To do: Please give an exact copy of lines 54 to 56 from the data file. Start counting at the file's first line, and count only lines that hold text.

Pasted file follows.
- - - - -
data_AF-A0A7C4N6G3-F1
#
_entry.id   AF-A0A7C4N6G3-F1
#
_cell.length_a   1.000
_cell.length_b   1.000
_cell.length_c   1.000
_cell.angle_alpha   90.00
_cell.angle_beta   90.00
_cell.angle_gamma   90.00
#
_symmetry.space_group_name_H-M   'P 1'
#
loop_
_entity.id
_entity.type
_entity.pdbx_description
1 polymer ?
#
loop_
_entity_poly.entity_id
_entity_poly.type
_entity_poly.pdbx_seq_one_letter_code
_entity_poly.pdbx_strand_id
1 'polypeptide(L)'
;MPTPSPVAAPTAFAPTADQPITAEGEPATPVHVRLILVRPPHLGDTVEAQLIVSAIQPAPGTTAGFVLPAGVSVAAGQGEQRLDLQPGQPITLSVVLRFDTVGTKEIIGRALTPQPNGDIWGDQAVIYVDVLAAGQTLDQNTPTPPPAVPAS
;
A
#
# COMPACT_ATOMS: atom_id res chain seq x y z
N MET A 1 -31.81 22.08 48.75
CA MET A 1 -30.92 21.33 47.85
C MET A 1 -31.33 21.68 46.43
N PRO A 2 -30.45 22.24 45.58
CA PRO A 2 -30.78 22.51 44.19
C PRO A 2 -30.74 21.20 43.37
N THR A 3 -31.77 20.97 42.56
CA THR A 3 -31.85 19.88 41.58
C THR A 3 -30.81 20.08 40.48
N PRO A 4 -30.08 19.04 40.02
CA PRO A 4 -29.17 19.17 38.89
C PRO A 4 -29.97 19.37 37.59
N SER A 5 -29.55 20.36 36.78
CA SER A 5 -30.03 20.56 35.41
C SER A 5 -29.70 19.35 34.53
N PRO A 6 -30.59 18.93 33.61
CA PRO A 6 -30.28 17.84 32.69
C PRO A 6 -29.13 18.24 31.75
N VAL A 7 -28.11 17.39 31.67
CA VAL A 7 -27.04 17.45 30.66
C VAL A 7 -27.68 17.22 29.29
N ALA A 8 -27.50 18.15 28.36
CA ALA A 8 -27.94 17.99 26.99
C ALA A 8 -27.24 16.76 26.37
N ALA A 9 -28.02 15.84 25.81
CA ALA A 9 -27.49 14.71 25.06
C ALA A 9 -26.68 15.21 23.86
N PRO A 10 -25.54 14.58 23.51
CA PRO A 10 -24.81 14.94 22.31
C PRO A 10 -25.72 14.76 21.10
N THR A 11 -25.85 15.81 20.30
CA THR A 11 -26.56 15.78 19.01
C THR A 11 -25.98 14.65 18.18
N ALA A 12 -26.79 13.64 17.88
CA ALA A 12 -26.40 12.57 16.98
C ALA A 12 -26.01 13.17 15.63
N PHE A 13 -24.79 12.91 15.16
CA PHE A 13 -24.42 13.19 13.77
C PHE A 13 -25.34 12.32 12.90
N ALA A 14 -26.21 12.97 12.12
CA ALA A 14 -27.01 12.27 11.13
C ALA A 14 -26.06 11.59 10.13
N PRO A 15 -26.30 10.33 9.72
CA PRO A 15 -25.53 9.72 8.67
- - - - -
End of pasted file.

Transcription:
C ALA A 8 -27.24 16.76 26.37
N ALA A 9 -28.02 15.84 25.81
CA ALA A 9 -27.49 14.71 25.06